By: Omar Bagnied
Winter’s cold months are ahead. As you gear-up for the season, here are some ways you can also help prepare your home to be warm and energy efficient all while saving money.
It is He who has appointed you guardians in the earth… (Surat al An’am, Ayah 165)
Air leaks are one of the main reasons for high energy bills during winter months. Several openings in your home allow cold air to enter and hot air to exit, thus making your heating system work harder. Here are some ways to identify those leaks and cover them:
Check for plumbing penetrations.
Often after plumbing work is done, gaps are left around the area. Foam (spray or rigid) can be applied to cover the area.
Maintain your fireplace and chimney.
While your fireplace is in use make sure the damper is open, doors leading into the room are closed, and your thermostat is turned down to lower than usual.
Open dampers are equivalent to wide-open windows. If you don’t use your fireplace, make sure the damper is tightly closed, and consider putting a cover on your chimney.
Use caulk as an adhesive to cover air leaks inside your home, around the fireplace hearth, as well as outside your home in the structural area between your chimney and home.
Weatherize doors and windows.
Consider weatherstripping your doors and windows. To prevent heat from escaping, you can apply clear plastic film firmly around windows inside your home.
When the sun is out, open your blinds that face it. As evening approaches, close them to mitigate cold air intrusion.
The world is beautiful and verdant, and verily God, be He exalted, has made you His stewards in it… (Hadith via Muslim)
Other sources of high utility bills include inefficient use of utility outlets, lighting and water.
Assess utility outlets.
In an average household about 40 items are plugged-in at any given time. When items are not in use or turned-off, they still draw “phantom” power (or idle current) while plugged in.Let’s do the math! Say an electronic device, such as a blu-ray or DVD player, is plugged-in but never or rarely used for an entire year draws 15 watts of electricity (1 watt/yr = 8.76 kWh/yr).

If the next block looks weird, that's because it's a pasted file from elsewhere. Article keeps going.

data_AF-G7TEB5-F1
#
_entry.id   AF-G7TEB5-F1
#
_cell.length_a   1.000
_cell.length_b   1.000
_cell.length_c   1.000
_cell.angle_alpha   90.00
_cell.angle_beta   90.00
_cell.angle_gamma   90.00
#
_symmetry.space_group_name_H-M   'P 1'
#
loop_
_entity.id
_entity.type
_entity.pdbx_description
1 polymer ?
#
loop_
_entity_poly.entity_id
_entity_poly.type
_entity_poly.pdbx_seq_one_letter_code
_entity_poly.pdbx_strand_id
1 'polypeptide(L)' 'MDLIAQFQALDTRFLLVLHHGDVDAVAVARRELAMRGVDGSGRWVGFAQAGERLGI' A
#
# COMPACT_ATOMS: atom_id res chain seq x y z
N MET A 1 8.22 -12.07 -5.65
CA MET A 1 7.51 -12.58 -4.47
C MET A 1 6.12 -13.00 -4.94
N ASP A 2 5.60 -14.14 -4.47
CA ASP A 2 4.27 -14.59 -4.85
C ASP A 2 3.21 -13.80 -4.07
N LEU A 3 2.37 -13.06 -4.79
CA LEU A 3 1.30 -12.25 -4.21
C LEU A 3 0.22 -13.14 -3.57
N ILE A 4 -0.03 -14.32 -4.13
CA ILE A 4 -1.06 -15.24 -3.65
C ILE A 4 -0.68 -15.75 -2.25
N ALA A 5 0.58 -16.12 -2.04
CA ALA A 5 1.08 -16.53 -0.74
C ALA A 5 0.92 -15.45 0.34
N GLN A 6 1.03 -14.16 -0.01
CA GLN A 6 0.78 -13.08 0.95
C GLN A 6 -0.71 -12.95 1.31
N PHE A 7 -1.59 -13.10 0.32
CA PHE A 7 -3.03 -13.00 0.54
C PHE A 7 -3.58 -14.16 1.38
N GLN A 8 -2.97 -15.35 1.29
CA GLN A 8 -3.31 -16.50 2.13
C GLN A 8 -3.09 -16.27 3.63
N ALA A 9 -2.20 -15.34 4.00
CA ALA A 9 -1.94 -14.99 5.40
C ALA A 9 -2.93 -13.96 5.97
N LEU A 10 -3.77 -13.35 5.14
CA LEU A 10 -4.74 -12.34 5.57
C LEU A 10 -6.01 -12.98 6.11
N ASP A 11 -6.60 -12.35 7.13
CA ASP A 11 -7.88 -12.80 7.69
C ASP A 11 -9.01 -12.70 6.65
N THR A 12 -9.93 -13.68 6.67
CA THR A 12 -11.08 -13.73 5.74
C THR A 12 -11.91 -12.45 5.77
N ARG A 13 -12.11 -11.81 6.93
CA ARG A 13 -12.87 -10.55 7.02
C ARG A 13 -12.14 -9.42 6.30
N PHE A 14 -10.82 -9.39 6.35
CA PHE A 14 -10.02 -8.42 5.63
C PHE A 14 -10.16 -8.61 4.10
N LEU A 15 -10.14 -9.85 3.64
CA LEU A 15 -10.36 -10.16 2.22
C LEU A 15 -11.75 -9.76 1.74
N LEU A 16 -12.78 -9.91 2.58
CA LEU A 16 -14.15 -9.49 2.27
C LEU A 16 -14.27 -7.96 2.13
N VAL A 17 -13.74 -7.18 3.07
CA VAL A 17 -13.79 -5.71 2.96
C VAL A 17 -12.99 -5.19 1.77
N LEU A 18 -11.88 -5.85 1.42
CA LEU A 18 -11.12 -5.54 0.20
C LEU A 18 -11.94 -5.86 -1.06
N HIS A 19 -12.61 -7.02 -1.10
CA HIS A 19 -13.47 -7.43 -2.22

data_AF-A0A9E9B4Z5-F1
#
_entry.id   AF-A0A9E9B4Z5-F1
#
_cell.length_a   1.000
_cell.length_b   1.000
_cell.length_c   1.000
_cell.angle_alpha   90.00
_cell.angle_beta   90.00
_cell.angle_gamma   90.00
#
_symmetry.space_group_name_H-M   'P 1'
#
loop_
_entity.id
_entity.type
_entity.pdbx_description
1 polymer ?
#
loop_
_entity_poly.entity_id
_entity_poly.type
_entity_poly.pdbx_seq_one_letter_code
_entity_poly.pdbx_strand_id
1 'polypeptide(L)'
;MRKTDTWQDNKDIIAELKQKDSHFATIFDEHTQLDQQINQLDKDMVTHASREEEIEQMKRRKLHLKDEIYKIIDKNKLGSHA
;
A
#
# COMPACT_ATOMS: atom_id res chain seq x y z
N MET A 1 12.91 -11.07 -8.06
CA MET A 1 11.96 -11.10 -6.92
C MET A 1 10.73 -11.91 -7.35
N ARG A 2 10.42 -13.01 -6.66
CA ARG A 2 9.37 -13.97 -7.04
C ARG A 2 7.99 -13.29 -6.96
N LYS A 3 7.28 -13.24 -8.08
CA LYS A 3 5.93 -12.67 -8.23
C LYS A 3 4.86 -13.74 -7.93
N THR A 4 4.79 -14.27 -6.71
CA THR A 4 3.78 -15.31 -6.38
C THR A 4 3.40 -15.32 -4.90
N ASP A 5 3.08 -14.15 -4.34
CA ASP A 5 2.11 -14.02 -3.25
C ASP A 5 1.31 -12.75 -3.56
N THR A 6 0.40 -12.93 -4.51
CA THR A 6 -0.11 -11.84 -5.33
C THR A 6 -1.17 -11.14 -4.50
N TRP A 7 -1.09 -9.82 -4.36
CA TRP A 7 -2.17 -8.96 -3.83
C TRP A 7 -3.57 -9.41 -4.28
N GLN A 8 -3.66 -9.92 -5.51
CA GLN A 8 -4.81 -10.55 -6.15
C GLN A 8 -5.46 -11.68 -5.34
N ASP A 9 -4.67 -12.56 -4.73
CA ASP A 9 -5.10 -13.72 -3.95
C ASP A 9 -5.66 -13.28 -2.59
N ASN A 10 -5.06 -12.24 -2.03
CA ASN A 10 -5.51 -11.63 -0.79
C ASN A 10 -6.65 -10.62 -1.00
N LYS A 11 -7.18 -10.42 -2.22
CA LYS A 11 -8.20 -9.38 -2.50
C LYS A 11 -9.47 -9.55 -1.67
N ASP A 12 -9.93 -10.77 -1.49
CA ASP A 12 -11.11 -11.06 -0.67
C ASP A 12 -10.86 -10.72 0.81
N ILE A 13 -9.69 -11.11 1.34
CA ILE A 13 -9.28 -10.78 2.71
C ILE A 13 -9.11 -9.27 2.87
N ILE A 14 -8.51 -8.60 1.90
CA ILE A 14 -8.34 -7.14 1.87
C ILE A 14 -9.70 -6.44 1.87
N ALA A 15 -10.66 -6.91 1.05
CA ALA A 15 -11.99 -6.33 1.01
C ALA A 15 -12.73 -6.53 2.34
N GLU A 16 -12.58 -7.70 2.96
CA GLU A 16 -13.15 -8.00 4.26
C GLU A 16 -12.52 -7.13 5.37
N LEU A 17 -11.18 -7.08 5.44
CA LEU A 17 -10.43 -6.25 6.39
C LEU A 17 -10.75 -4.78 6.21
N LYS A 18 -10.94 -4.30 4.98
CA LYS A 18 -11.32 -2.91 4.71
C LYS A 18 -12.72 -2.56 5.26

If the cost of your electricity is $0.11/kWh, you’re spending roughly $14.50/yr on an item you never or seldom use just because it’s left plugged-in. When you consider the 30+ other items plugged in, it’s no surprise the average American household spends approximately $100/yr on items that are plugged-in but turned-off. A simple fix can potentially save you hundreds of dollars a year.
Re-consider the light bulbs you use!
While incandescent light bulbs may be cheaper, they are tremendously inefficient when it comes to using power. CFLs (compact fluorescents) and LEDs (light-emitting diodes) bulbs cost more on the front end, but use far less electricity.
Did you know, a 60 watt incandescent bulb uses 4x more electricity than a 14 watt CFL, and 6x more electricity than a 12.5 watt LED? The average lifetime of said incandescent is 1 year, comparatively, the CFL lasts roughly 7 years, and the LED 20 years!If you consider the average household has 25 light bulbs in use at any given time, over a 50,000-hour period the savings you’d accrue by using a CFL or LED over an incandescent would exceed $6,000.
And tell them that the water shall be shared between them (Surat al Qamar, Ayah 28)
A seemingly innocent drip can turn into gallons if left alone! To conserve water inside your home, try simple things like:
Collect, store and reuse rainwater. Install a rain barrel or plant native greenery that will better soak water back into the ground. We’re all part of the same global water source as many small bodies of water feed into larger ones.
…waste not by excess, for Allah loveth not the wasters (Surat al A’raf, Ayah 21)
Incorporating all these changes at once might be a tall task. A good takeaway here is simply knowledge on ways to conserve resources, be efficient and save money. Perhaps choose a few small steps to start, and remember that espousing conservation and shunning excess are truly Islamic values.
“Fall and Winter Energy-Saving Tips”. US Dept of Energy. 21 October 2013. http://energy.gov/energysaver/articles/fall-and-winter-energy-saving-tips
Brindle, Beth. “How much can you save by unplugging appliances?”. Howstuffworks. http://money.howstuffworks.com/personal-finance/budgeting/how-much-save-unplugging-appliances1.htm
“LED Light Bulbs: Comparison Chart”. Eartheasy. http://eartheasy.com/live_led_bulbs_comparison.html
Braun-Greiner, Kolya. Interfaith Partners for the Chesapeake. Phone Interview.